By: Dr. Rebecca Furth
This is the eleventh chapter of the CHW Reference Guide produced under the Maternal and Child Health Integrated Program, the United States Agency for International Development Bureau for Global Health’s flagship maternal, neonatal and child health project.
Policy makers, program managers, and donors are frequently preoccupied by the question of what incentives to provide CHWs to keep them motivated and performing. It’s no wonder, as many workers need compensation to do their work and incentives can have major implications for program costs and sustainability. Experience shows that lack of or inappropriate incentives are a common problem in CHW programs that frequently contribute to demotivation and turnover. However, the answer to the question, “What is the right amount to provide CHWs?” is not an easy one.
The reality, as Christopher Colvin points out in his chapter “What Motivates Community Health Workers? Designing Programs that Incentivize Community Health Worker Performance and Retention,” is that no one incentive or incentive amount will fit every context, nor can incentives remain static over time and still sustain CHW motivation. Instead, this chapter makes the case for a broad conceptualization of incentives, inclusive approaches for determining incentives, and systematic processes for monitoring, evaluating, adjusting and sustaining incentives. It addresses two key questions: What forms of incentives are there; and what are the decisions related to incentives that must be made?
The chapter defines incentives broadly as “all those factors that affect the motivation of CHWs” and notes that “there is no easy, one-to-one relationship between incentives, motivation and practice.” To help navigate the complex terrain of incentives and motivation, it provides a useful framework that outlines three principal categories of incentives: direct incentives, indirect incentives and complementary/demand-side incentives. The case study of diverse community health workers in India is presented to illustrate both the range of incentives that may be used, even in a single country, and some of the challenges or pitfalls of incentives, including unintended negative consequences along with positive results.
Direct incentives – Both financial and non-financial incentives
Financial: Salary, pension, insurance or performance
Non-financial: Role clarity, supportive supervision,
Indirect incentives – Health system and community elements
Health system: Effective system management,
Community: Community involvement, the support of
Complementary incentives – Policy and legislation
A broad perspective of incentives and systemized approaches to incentive management are needed to guide national decision-makers in establishing effective incentive schemes that increase or sustain motivation and performance. Colvin notes that “Like any other aspect of the health system, incentives need to be 1) properly designed through review of the evidence and consultation with stakeholders, 2) implemented, managed and monitored on an ongoing basis and finally, 3) evaluated to assess their effectiveness and plan for changes.”
With regard to financial and non-financial incentives, the chapter stresses that these are not an either-or, but a continuum of often complex offerings. When designing incentives schemes, policymakers and program managers need to consider a number of factors from local precedents and expectations to fairness and labor market factors.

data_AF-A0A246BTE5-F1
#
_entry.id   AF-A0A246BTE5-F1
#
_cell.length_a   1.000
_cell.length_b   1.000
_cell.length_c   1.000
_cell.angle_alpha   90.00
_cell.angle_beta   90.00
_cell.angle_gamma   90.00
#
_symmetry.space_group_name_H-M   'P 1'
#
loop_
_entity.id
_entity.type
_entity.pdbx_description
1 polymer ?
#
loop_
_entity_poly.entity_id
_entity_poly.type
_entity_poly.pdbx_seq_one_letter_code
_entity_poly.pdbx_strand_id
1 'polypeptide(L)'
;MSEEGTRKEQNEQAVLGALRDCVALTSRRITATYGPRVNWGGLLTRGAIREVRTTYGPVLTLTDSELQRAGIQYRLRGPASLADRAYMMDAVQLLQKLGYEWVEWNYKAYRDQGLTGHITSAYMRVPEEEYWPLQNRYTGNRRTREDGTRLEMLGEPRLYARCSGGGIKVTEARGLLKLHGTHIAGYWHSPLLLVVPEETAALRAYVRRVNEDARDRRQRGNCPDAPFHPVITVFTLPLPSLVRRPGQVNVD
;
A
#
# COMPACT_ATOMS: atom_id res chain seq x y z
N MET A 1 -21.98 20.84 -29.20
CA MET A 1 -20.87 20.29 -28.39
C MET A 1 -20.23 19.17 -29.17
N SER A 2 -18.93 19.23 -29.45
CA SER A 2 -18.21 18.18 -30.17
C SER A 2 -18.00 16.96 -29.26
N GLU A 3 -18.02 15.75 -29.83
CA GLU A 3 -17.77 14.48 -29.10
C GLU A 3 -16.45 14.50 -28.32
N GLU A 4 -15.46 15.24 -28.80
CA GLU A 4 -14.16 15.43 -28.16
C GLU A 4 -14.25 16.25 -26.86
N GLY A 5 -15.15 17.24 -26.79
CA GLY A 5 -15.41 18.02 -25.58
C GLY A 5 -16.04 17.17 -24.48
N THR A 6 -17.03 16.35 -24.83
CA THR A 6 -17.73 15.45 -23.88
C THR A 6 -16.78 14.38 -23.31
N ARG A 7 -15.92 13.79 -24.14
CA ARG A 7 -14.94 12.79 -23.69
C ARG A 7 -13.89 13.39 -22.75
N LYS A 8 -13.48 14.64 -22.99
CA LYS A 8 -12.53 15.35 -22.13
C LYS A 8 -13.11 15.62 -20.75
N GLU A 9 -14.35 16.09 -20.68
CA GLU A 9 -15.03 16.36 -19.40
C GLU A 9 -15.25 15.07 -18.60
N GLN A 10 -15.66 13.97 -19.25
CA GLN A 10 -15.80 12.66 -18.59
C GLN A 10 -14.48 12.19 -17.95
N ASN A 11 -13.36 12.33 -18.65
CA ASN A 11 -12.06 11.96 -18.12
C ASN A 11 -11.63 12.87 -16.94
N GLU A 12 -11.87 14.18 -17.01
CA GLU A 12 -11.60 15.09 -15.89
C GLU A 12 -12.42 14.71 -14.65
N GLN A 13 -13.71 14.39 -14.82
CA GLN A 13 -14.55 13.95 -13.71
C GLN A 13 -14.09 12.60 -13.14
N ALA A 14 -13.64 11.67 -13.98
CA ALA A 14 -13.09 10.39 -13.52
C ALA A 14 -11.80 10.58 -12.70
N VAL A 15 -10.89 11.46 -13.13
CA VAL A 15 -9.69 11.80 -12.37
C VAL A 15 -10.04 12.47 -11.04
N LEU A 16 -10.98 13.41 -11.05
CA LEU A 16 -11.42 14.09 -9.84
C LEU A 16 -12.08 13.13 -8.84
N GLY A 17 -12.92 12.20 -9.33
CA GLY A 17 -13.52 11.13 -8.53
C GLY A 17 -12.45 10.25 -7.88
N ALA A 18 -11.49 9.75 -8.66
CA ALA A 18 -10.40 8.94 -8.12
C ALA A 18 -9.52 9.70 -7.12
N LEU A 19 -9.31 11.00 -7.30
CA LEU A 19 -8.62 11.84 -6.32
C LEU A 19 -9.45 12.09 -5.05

Indirect and complementary incentives need to be considered in tandem with direct incentives. Key questions policymakers and program managers need to deliberate include: clear CHW roles, responsibilities and feedback; personal growth and professional development; day-to-day working relationships; accountability in the health system and community; CHW “champions;” the role of civil society partners; and the community’s relationship to the health system and government.
Finally, putting in place plans to monitor, evaluate and modify incentives over time is a critical step that policymakers and program managers need to consider from the start. Colvin remarks that “there is much more attention paid and evidence available with respect to the initial design of incentive packages, and much less is known about how to effectively manage and adjust these packages over time. In many cases, it appears that, once instituted, incentive packages either do not change or they change due to external circumstances (e.g. loss of funding) rather than a planned process.” To address this gap, the chapter stresses that management of incentives needs to be included in the design process and views and expectations of CHWs need to be integrated into this process. The key question, Colvin stresses, “is not what kinds of incentives will last the longest over time, but what kind of local process for designing, managing and re-evaluating incentives will be most effective at responding to changes over time.”
Policy makers, program managers, donors, and others will find in this chapter valuable tables that frame the major questions that need to be considered when designing and managing incentives for CHWs. The most salient learning points to take away from the chapter are that incentives need to be tailored to the context; financial incentives are only one type of incentive and planners should consider the whole range of direct, indirect and complementary incentives when designing programs; and that planning needs to incorporate not just the incentive, but processes for monitoring, evaluating and adjusting incentives over time.
Rebecca Furth is a Senior Technical Advisor with Initiatives Inc., a Boston-based public health organization that manages CHW Central. Dr. Furth supports Initiatives’ human resources management, organizational development, quality improvement and operations research activities. She holds a PhD in cultural anthropology.